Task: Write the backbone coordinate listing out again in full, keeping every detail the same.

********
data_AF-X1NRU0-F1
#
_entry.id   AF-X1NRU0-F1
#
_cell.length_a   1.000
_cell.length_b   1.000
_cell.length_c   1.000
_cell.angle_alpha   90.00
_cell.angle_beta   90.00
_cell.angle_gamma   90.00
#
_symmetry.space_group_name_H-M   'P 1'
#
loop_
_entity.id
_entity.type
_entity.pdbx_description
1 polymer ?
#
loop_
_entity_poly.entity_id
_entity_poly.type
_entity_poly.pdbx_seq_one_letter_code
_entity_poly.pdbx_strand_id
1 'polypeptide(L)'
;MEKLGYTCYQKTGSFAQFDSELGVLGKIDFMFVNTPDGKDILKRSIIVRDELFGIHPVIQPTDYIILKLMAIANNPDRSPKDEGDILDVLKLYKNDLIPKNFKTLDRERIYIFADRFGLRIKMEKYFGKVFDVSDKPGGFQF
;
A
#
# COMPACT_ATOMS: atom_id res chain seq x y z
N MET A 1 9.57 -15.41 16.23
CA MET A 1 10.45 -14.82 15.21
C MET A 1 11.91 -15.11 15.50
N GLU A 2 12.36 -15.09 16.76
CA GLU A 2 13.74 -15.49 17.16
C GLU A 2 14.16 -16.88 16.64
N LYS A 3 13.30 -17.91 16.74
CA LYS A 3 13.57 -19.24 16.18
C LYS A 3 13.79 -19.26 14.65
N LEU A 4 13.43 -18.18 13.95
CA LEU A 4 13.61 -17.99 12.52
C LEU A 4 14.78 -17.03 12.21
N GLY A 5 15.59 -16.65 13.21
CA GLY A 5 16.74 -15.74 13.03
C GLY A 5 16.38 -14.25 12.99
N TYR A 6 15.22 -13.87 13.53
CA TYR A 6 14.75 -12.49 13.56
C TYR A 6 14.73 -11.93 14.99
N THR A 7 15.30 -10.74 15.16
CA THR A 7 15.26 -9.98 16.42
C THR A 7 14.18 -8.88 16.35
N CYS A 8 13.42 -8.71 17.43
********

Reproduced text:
data_AF-X1NRU0-F1
#
_entry.id   AF-X1NRU0-F1
#
_cell.length_a   1.000
_cell.length_b   1.000
_cell.length_c   1.000
_cell.angle_alpha   90.00
_cell.angle_beta   90.00
_cell.angle_gamma   90.00
#
_symmetry.space_group_name_H-M   'P 1'
#
loop_
_entity.id
_entity.type
_entity.pdbx_description
1 polymer ?
#
loop_
_entity_poly.entity_id
_entity_poly.type
_entity_poly.pdbx_seq_one_letter_code
_entity_poly.pdbx_strand_id
1 'polypeptide(L)'
;MEKLGYTCYQKTGSFAQFDSELGVLGKIDFMFVNTPDGKDILKRSIIVRDELFGIHPVIQPTDYIILKLMAIANNPDRSPKDEGDILDVLKLYKNDLIPKNFKTLDRERIYIFADRFGLRIKMEKYFGKVFDVSDKPGGFQF
;
A
#
# COMPACT_ATOMS: atom_id res chain seq x y z
N MET A 1 9.57 -15.41 16.23
CA MET A 1 10.45 -14.82 15.21
C MET A 1 11.91 -15.11 15.50
N GLU A 2 12.36 -15.09 16.76
CA GLU A 2 13.74 -15.49 17.16
C GLU A 2 14.16 -16.88 16.64
N LYS A 3 13.30 -17.91 16.74
CA LYS A 3 13.57 -19.24 16.18
C LYS A 3 13.79 -19.26 14.65
N LEU A 4 13.43 -18.18 13.95
CA LEU A 4 13.61 -17.99 12.52
C LEU A 4 14.78 -17.03 12.21
N GLY A 5 15.59 -16.65 13.21
CA GLY A 5 16.74 -15.74 13.03
C GLY A 5 16.38 -14.25 12.99
N TYR A 6 15.22 -13.87 13.53
CA TYR A 6 14.75 -12.49 13.56
C TYR A 6 14.73 -11.93 14.99
N THR A 7 15.30 -10.74 15.16
CA THR A 7 15.26 -9.98 16.42
C THR A 7 14.18 -8.88 16.35
N CYS A 8 13.42 -8.71 17.43